Lil Boosie hates black people?

lil_boosie

Rapper Lil Boosie’s recent comments have drawn a significant amount of criticism for the Louisiana hip-hop star. During an appearance on “NiteCap” with Peter Bailey, Boosie spoke about crime, the glorification of prison and racism. The rapper, who was incarcerated for six years before being found not guilty of first-degree murder and coming home this past March, vented his frustration with a perceived self-hate among black people.

“I just feel like African American is [sic] the worst race in the world because, first of all, we kill each other,” Boosie told Bailey. “People always talk about this racist stuff — but the white man ain’t waiting in your bushes with a chopper, the white man ain’t trying to take the rims off your car … we’re doing this to each other. So how can we say ‘F the white man?’ He ain’t doing nothing but when you get in trouble, doing his job. ‘Guilty!’ He ain’t doing nothing wrong.”

Bailey asked Boosie, born Torrence Hatch, if white America and the American justice system bears any responsibility for the state of the black community. Boosie shared his belief that drugs were flooded into black communities by outside parties.

“I can implicate on that too, I really do feel like they brought drugs into the country and gave it to the big dogs in the black neighborhood because they’re going to put [it] in the culture and we’re going to smoke up all the drugs,” the rapper explained. “You don’t see the Italians selling dime rocks on they [sic] block to they people so that they can get strung out.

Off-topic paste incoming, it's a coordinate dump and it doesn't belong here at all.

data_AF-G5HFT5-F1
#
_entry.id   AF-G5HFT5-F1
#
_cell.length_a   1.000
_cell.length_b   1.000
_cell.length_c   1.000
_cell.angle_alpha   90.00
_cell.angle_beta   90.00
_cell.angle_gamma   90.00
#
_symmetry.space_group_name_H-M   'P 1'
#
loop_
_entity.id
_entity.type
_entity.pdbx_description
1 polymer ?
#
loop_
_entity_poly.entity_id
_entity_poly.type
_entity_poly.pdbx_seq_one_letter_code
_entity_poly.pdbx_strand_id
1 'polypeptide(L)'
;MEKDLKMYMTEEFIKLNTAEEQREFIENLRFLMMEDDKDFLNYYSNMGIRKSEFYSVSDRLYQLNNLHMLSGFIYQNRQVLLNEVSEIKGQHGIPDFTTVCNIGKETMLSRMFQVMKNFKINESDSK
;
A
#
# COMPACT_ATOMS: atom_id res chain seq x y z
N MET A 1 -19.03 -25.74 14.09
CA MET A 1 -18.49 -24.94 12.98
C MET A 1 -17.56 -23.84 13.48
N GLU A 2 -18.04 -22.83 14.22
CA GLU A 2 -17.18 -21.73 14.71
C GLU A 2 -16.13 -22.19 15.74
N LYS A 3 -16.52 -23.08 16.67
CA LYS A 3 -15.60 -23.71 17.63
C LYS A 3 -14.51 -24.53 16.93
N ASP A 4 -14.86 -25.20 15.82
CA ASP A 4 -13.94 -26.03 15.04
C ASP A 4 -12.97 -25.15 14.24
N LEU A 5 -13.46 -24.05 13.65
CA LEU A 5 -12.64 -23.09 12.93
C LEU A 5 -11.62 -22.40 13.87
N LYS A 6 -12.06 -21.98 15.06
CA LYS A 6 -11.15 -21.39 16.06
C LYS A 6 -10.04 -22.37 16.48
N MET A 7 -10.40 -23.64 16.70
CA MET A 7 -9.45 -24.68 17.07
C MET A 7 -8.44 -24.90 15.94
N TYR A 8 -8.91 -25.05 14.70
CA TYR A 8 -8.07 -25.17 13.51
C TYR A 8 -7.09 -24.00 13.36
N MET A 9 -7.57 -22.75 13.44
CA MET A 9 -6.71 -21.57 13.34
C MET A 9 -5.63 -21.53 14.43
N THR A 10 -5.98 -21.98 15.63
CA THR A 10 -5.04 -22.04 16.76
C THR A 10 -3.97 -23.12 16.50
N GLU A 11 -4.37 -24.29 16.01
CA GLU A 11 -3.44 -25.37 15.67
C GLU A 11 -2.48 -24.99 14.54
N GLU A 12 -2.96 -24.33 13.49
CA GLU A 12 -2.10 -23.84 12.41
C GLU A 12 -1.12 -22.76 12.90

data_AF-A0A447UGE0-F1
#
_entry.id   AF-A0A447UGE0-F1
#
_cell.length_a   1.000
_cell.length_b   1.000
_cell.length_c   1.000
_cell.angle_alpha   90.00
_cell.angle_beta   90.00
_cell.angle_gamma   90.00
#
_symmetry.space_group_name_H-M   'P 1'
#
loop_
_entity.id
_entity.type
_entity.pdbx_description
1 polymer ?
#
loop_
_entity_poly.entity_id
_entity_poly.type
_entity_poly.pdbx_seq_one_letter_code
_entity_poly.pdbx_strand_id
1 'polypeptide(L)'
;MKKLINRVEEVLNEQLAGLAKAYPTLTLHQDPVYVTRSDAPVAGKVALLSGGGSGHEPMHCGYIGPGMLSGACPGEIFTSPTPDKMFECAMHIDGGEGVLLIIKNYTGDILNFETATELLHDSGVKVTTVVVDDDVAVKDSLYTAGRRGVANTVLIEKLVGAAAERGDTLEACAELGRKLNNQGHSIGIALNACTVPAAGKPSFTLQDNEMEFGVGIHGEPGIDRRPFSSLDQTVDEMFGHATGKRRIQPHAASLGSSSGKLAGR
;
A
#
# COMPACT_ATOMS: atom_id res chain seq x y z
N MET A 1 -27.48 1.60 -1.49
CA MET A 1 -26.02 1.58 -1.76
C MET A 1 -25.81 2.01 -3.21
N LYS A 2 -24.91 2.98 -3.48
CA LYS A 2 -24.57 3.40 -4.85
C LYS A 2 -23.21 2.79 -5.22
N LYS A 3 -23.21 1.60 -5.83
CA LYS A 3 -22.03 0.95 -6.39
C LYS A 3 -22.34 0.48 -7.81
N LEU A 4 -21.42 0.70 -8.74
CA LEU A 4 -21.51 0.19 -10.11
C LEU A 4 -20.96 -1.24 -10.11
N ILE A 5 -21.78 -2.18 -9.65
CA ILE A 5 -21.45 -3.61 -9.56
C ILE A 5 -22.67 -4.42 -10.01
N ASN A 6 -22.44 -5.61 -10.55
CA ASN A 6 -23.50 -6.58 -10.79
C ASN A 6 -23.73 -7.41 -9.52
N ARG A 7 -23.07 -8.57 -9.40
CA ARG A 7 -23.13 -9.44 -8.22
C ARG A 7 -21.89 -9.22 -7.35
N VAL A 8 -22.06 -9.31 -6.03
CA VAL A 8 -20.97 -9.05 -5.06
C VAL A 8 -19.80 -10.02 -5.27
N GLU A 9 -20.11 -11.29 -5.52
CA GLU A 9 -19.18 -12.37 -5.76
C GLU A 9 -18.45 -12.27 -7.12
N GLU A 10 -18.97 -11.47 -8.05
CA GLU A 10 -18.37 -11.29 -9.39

“They know we’re going to kill our race. They’re not taking it to the white guys and telling them to break down dime rocks and sell ’em — nah, they’re going to sell weight.”

In the same interview, Boosie revealed that he was uncomfortable by the “FREE BOOSIE” movement that began while he was incarcerated and criticized hip-hop’s glorification of prison culture.

“They hear ‘Free Boosie’ and see me come home after what I came home in and a lot of people glorified it, and that’s the total[ly] wrong thing to do,” the rapper said. “I was fighting the death penalty. What’s cool about that? If 12 jurors would have said guilty, they’d be frying me.”

Stereo Williams
Stereo Williams

Todd "Stereo" Williams, entertainment writer based in New York City. He co-founded Thirty 2 Oh 1 Productions, an indie film company.



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